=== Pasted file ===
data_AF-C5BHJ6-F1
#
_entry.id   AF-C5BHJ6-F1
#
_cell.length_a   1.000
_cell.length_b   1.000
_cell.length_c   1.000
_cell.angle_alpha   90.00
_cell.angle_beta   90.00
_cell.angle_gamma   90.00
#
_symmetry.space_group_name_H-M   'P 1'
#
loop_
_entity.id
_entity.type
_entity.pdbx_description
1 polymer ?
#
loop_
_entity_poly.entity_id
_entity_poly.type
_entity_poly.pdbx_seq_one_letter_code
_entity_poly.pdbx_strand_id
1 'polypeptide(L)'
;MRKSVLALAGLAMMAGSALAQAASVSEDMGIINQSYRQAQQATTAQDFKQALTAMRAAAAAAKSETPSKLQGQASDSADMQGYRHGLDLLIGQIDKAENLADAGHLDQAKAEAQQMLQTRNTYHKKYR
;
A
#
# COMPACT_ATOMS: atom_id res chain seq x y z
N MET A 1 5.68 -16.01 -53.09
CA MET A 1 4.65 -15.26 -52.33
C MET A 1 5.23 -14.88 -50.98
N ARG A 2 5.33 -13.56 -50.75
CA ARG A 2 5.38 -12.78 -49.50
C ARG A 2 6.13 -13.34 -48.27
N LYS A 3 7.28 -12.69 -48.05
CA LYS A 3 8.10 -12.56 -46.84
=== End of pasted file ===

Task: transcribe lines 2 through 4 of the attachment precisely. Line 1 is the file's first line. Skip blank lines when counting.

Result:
#
_entry.id   AF-C5BHJ6-F1
#